Zeddy Maruru

Zeddy Maruru[a] (3 February 1942 – 11 January 2014) was a Ugandan military pilot and military officer. He served in all of Uganda's post independence armies, from 1964 until 2002. He was the commander of the Uganda Army Air Force during the 1970s. He also served as the Chief of Army Staff after Tito Okello overthrew Milton Obote's second administration in 1985.[1]

Zeddy Maruru
Uganda National Liberation Army Chief of Staff
In office
1985 – January 1986
PresidentTito Okello
Commander of the Uganda Army Air Force
In office
1974 – December 1975
PresidentIdi Amin
Preceded bySmuts Guweddeko[1]
Succeeded byIdi Amin[1]
Personal details
Born(1942-02-03)February 3, 1942
Rushenyi, Ntungamo District, Uganda Protectorate
DiedJanuary 11, 2014(2014-01-11) (aged 71)
Mulago Hospital, Kampala, Uganda
Nickname"The Colonel"[2]
Military service
Allegiance Uganda
Branch/serviceUganda Army (UA)
Save Uganda Movement
Kikosi Maalum
Uganda National Liberation Army (UNLA)
National Resistance Army (NRA)
Years of service1964–1990
RankMajor General
CommandsUganda Army Air Force
Uganda National Liberation Army
Battles/wars

Early life and educationEdit

Zeddy Maruru was born on 3 February 1942[4] in Rushenyi Village, in present-day Ntungamo District. He attended Rwamanyonyi Boys School and Kitunga Primary School. He then transferred to Mbarara High School, before completing his O-Level studies at Ntare School 1960. Maruru subsequently attended Royal Technical College, in Nairobi. He studied pre-engineering courses for two years. He then dropped out of the technical school, after attaining his A-Level Certificate. He returned to Uganda to help his father raise funds to educate his younger siblings.[1]

Military serviceEdit

Early careerEdit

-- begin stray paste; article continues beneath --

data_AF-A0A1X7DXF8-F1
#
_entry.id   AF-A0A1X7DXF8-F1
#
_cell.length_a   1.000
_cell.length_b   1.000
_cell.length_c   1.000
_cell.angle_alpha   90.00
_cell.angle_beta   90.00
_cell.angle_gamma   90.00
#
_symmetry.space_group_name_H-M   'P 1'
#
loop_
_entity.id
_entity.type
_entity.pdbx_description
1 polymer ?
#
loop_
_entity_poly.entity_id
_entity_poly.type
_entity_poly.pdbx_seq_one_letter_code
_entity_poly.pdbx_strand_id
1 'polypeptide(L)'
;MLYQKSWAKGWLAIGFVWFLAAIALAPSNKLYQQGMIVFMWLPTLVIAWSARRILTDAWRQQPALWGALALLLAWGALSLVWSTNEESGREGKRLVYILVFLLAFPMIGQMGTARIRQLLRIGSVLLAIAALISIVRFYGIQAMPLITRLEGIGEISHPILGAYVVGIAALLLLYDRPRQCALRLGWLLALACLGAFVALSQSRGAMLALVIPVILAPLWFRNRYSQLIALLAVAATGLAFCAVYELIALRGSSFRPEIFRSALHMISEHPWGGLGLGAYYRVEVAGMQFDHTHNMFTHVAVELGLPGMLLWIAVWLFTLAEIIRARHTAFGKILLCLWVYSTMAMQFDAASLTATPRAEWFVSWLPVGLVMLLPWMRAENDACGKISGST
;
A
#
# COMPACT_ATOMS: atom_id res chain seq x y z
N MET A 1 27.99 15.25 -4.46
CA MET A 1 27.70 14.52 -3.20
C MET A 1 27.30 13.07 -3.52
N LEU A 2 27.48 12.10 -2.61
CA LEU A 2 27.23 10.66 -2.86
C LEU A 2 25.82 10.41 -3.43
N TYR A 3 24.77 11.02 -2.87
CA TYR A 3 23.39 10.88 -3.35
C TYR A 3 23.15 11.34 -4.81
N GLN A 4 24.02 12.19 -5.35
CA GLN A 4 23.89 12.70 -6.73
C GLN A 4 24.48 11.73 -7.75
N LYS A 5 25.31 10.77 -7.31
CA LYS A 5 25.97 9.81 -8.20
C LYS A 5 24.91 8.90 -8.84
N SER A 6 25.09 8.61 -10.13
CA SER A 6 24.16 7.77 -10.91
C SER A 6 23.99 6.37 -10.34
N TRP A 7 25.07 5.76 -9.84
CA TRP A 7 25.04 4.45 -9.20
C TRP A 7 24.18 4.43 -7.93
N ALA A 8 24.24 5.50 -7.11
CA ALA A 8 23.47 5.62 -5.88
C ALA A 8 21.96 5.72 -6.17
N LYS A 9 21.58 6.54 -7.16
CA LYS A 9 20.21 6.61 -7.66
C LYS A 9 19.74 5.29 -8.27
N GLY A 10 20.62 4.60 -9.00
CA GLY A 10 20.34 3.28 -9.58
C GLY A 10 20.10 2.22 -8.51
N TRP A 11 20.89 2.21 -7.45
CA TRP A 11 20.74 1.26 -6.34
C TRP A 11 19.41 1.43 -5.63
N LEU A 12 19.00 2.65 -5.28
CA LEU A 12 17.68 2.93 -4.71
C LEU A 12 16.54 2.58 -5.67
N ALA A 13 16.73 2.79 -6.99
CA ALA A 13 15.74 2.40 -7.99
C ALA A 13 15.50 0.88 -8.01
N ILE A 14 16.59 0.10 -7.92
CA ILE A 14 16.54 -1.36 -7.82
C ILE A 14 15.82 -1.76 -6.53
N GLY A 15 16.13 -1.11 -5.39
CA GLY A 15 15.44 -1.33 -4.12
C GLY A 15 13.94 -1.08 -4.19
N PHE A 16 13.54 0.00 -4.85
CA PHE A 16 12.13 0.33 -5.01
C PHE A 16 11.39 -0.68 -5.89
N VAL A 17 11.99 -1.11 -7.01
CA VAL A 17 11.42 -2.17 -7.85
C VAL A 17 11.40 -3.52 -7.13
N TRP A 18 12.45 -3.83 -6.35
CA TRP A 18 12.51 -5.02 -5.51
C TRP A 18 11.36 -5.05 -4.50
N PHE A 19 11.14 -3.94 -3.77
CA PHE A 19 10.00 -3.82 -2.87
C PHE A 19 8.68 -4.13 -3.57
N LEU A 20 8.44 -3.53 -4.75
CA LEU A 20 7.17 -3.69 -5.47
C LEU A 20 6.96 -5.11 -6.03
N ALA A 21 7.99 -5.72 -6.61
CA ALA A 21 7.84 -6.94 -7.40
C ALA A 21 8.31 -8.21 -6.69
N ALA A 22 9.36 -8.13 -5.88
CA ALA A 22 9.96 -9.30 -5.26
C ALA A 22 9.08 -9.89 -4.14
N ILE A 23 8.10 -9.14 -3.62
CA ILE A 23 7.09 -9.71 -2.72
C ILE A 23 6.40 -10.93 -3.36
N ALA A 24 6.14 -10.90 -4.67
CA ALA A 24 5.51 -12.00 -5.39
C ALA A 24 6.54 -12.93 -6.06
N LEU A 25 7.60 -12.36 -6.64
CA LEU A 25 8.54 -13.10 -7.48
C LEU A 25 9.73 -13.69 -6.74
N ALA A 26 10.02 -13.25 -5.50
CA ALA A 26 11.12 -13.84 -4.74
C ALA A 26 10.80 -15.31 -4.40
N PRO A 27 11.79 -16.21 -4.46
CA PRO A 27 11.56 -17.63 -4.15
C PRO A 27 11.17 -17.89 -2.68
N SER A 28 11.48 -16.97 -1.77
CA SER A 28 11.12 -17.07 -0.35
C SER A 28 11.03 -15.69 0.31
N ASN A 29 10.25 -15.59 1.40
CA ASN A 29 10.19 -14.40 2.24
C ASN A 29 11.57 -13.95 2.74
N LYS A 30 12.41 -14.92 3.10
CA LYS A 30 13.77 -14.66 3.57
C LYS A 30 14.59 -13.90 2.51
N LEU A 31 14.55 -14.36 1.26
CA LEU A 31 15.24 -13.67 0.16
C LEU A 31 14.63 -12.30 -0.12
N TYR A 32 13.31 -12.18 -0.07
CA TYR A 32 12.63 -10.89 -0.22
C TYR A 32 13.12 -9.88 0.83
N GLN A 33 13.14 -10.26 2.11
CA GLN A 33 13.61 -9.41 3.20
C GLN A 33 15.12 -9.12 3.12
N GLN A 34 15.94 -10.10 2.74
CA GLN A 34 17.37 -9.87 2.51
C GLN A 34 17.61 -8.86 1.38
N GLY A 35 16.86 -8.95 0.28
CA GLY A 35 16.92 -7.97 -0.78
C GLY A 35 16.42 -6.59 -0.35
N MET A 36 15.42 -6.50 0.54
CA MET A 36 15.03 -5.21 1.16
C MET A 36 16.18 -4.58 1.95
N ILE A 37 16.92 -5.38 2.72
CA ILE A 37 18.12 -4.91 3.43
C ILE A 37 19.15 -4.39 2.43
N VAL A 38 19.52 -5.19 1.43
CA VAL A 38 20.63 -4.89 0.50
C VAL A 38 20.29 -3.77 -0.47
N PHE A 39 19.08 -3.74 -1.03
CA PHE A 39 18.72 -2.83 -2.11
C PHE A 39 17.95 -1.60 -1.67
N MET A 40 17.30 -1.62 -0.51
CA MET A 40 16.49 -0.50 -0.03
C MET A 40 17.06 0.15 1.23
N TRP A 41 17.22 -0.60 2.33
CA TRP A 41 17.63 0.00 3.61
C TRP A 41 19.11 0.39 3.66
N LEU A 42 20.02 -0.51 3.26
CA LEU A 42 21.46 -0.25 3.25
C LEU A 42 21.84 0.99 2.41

In 1964, Maruru joined the Uganda Army. He and about 30 others were sent to Jinja for basic military training for three months. He was then sent to Czechoslovakia for pilot training, spending there two and one half years. While there, he trained both as a pilot and as a pilot instructor.[1]

From October 1970 until December 1971, he attended a Staff College course at the RAF Staff College, Bracknell, in the United Kingdom. While there, he was promoted to the rank of Captain, by Idi Amin who visited the college in 1971.[1]

Maruru returned to Uganda in 1967 and was commissioned as a Second Lieutenant. He was posted to Gulu Air Force Base, which was opened after his cohort returned from Czechoslovakia. At Gulu, he completed his training and recruited young men whom he and his classmates trained. In 1968, he was promoted to First Lieutenant.[1]

Air force commander and exileEdit

In 1973, at the rank of Major, Maruru volunteered to accompany President Amin on a trip to Iraq. At the end of that trip, Maruru was promoted to Lieutenant Colonel.[1] He also became quartermaster general of the air force.[5] In 1974, he was made acting commander of the Uganda Army Air Force. In December 1975, Maruru was relieved of his duties as Air Force Commander.[1]